ROCKLAND, Maine — An overflow crowd filled the Good Tern Natural Foods Store Oct. 10 as Dr. Ralph Hamill unveiled a new diet that he hopes will control cholesterol and reduce the nation’s high rate of cardiovascular disease.
Hamill, a cardiologist at Pen Bay Medical Center in Rockport, spoke for more than an hour to about 50 people who crammed into the health food store to hear about his new diet that focuses on eating more tree nuts, dark chocolate, tomatoes, certain yogurts and extra virgin olive oil.
A normal 40-year-old man in the United States has a 5 percent risk of heart disease within 10 years and 43 percent in his lifetime, Hamill said.
“Forty-three percent and that’s considered normal,” Hamill said.
The average total cholesterol level in the United States is 208, nearly twice what it should be, Hamill said.
He noted in Africa, where diets are much healthier, cardiovascular disease hardly exists.
To try to provide further proof that people in the United States can lower their levels of bad cholesterol and increase the presence of good cholesterol, Hamill is proposing a clinical trial of his diet.
The goal of the diet is not to lower weight, he said, but to lower the bad type of cholesterol, known as low-density lipoprotein, or LDL.
Originally, the study was going to involve only 10 people, but Hamill said the company that provides some blood testing supplies for Pen Bay Medical Center has agreed to cover the cost of blood tests for 70 participants. Laboratory employees at the hospital also have volunteered their time to perform the blood tests to check participants’ cholesterol levels before and after the four-week diet.
Each participant will be given a diary to write down what they ate.
Pen Bay approved the clinical trial this month, Hamill said.
He wants participants in the diet trial to be people who now have what is considered an average diet.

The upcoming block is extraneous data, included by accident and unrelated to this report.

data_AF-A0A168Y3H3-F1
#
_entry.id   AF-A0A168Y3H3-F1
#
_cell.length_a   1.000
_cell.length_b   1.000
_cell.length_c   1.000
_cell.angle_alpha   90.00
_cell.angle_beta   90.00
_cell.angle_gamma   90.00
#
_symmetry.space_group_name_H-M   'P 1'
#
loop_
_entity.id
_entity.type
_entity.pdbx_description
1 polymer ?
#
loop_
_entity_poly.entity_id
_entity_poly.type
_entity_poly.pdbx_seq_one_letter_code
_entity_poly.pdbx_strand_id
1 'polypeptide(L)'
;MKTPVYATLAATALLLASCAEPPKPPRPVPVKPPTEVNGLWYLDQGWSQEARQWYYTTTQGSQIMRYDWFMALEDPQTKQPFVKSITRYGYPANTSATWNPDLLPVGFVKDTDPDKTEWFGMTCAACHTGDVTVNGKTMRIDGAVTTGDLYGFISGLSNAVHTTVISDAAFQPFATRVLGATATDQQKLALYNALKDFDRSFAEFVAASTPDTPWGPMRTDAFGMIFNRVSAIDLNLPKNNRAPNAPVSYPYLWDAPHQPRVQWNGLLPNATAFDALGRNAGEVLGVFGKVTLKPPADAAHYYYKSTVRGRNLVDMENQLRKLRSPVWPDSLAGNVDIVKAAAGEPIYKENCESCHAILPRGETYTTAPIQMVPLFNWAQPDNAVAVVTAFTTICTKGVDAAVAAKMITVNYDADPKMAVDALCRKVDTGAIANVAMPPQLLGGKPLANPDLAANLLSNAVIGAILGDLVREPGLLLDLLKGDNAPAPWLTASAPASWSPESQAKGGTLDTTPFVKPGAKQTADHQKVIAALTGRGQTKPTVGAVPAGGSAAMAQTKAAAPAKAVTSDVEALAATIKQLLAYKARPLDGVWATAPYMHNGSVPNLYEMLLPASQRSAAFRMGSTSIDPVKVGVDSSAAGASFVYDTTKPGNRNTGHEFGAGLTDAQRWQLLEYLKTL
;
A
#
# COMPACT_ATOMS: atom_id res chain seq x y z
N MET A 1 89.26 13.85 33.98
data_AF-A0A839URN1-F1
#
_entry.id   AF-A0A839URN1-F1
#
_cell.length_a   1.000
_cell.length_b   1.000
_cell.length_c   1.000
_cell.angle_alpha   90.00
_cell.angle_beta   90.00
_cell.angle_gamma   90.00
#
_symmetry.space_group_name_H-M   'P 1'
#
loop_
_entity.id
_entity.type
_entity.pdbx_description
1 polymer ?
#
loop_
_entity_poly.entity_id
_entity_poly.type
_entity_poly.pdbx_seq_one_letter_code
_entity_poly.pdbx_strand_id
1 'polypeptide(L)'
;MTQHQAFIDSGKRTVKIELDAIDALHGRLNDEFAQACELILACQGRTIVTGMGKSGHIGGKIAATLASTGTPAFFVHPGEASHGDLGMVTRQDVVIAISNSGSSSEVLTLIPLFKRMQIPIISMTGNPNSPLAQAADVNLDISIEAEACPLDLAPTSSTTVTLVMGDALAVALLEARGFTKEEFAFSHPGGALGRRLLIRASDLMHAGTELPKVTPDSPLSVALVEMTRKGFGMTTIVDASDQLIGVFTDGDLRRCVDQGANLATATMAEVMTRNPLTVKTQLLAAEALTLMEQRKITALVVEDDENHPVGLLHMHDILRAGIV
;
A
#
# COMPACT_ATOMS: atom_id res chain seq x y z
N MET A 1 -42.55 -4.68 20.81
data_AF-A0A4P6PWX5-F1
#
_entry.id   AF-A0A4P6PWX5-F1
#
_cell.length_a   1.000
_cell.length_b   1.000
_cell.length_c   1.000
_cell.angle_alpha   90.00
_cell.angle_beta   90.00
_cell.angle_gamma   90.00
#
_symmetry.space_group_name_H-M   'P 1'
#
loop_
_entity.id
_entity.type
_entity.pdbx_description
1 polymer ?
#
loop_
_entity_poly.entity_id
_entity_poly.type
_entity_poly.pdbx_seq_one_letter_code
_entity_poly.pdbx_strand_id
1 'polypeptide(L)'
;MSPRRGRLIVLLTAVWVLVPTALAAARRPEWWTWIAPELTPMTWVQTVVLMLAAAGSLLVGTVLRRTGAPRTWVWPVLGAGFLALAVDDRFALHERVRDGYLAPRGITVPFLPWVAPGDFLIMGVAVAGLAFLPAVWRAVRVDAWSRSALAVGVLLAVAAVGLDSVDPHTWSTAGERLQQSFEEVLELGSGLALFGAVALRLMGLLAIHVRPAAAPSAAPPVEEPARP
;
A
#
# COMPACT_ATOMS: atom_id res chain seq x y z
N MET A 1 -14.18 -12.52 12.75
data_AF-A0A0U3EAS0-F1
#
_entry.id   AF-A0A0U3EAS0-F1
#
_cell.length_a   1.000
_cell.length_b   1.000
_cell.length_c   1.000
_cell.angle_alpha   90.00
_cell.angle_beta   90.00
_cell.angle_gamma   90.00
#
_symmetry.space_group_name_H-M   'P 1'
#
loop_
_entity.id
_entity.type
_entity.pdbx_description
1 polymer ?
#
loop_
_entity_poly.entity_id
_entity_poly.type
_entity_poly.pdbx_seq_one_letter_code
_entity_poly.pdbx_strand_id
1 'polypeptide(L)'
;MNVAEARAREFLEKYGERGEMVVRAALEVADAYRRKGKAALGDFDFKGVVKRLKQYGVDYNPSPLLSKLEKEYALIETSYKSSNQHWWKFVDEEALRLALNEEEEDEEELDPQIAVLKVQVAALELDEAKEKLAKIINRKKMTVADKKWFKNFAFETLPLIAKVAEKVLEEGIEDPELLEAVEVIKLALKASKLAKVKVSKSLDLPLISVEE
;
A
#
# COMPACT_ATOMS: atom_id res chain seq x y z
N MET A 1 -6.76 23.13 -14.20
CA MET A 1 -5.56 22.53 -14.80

“If you’re already on a good diet, grazing here, we’re not interested in you,” Hamill joked during his talk at the natural food store.
He said people who eat a vegetarian diet would not be sought for participation.
The trial will last for four weeks, with participants paying approximately $100 for the package of food that is part of the diet.
“If the food was provided to participants, it would not reflect a real-life situation,” the cardiologist said.
The goal is to convince people to eat a heart-healthy diet even after the trial. He said the foods on the diet can be purchased at local grocery stores — the Good Tern has all the food that is part of the diet.
People’s intake of sugary foods has increased by a factor of 10 during the past 200 years, he said. And beginning in the mid-1970s, government policies have contributed to the steep jump in the use of high-fructose corn syrup in many foods, which is a leading cause of increased cholesterol and obesity in the United States, he said.
“If you read labels, it’s in almost everything,” Hamill said.
He said the government subsidizes the production of corn so that it can be made into the low-cost sweetener. High-fructose corn syrup also makes people hungrier, he said, compounding the obesity and cholesterol problems.
Under Hamill’s diet, people avoid fatty foods containing trans fats, such as doughnuts, french fries and fried dough. Ice cream should be avoided and substituted with frozen yogurt or sorbet.
A healthy diet also should include less processed meat and less feed-lot beef; those should be substituted with local, grass-fed meat, he said. Hamill also said people should eat less bread, pasta and potatoes.
The diet he proposes calls for eating tree nuts such as walnuts, pistachios and almonds; soluble fiber such as whole oats, bran, barley, psyllium powder and pectin; fish and fish oil capsules; dark chocolate (one small bar a day); one cup of V8 juice a day; one-half to one cup of yogurt with live cultures; extra virgin olive oil when cooking; soy, soy milk or almond milk; and a meat substitute from mushrooms called quorn.
He warned people, however, that anyone with an allergy to penicillin should be cautious about consuming quorn.
And instead of butter or margarine, Hamill said people need to use substitutes that go by brand names such as Promise or Smart Balance.
People signed up at the Oct. 10 presentation to participate in the diet study. Hamill said there are still openings and anyone interested in signing up can call 596-8959. Hospital employees also are being offered an opportunity to participate in the study.
Study results will be released once the tests are completed and compiled, he said.
“A one-point drop in the LDL can translate to a 1 percent drop in death,” Hamill told the gathering. He said that would have a major impact on what is the most common cause of death and disability in the United States.